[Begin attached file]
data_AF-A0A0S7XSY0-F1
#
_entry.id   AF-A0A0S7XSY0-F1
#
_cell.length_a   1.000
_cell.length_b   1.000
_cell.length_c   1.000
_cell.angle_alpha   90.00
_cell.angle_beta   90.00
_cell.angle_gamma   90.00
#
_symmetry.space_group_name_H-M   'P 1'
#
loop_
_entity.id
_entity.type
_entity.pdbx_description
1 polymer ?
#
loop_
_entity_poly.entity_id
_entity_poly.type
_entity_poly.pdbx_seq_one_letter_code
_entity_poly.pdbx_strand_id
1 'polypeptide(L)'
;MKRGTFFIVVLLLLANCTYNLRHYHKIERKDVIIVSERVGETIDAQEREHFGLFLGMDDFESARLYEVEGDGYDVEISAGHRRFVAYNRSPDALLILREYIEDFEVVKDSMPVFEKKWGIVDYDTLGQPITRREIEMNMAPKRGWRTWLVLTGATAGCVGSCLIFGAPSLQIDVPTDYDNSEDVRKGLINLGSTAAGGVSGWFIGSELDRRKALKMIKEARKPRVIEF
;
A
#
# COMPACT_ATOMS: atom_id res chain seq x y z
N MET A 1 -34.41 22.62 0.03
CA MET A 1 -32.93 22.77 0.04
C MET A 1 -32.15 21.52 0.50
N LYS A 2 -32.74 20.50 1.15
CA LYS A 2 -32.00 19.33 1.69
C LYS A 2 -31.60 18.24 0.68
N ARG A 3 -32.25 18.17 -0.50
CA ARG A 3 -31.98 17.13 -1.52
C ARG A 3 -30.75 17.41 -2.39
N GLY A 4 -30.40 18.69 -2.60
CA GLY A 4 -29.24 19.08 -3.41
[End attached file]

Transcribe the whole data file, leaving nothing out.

data_AF-A0A0S7XSY0-F1
#
_entry.id   AF-A0A0S7XSY0-F1
#
_cell.length_a   1.000
_cell.length_b   1.000
_cell.length_c   1.000
_cell.angle_alpha   90.00
_cell.angle_beta   90.00
_cell.angle_gamma   90.00
#
_symmetry.space_group_name_H-M   'P 1'
#
loop_
_entity.id
_entity.type
_entity.pdbx_description
1 polymer ?
#
loop_
_entity_poly.entity_id
_entity_poly.type
_entity_poly.pdbx_seq_one_letter_code
_entity_poly.pdbx_strand_id
1 'polypeptide(L)'
;MKRGTFFIVVLLLLANCTYNLRHYHKIERKDVIIVSERVGETIDAQEREHFGLFLGMDDFESARLYEVEGDGYDVEISAGHRRFVAYNRSPDALLILREYIEDFEVVKDSMPVFEKKWGIVDYDTLGQPITRREIEMNMAPKRGWRTWLVLTGATAGCVGSCLIFGAPSLQIDVPTDYDNSEDVRKGLINLGSTAAGGVSGWFIGSELDRRKALKMIKEARKPRVIEF
;
A
#
# COMPACT_ATOMS: atom_id res chain seq x y z
N MET A 1 -34.41 22.62 0.03
CA MET A 1 -32.93 22.77 0.04
C MET A 1 -32.15 21.52 0.50
N LYS A 2 -32.74 20.50 1.15
CA LYS A 2 -32.00 19.33 1.69
C LYS A 2 -31.60 18.24 0.68
N ARG A 3 -32.25 18.17 -0.50
CA ARG A 3 -31.98 17.13 -1.52
C ARG A 3 -30.75 17.41 -2.39
N GLY A 4 -30.40 18.69 -2.60
CA GLY A 4 -29.24 19.08 -3.41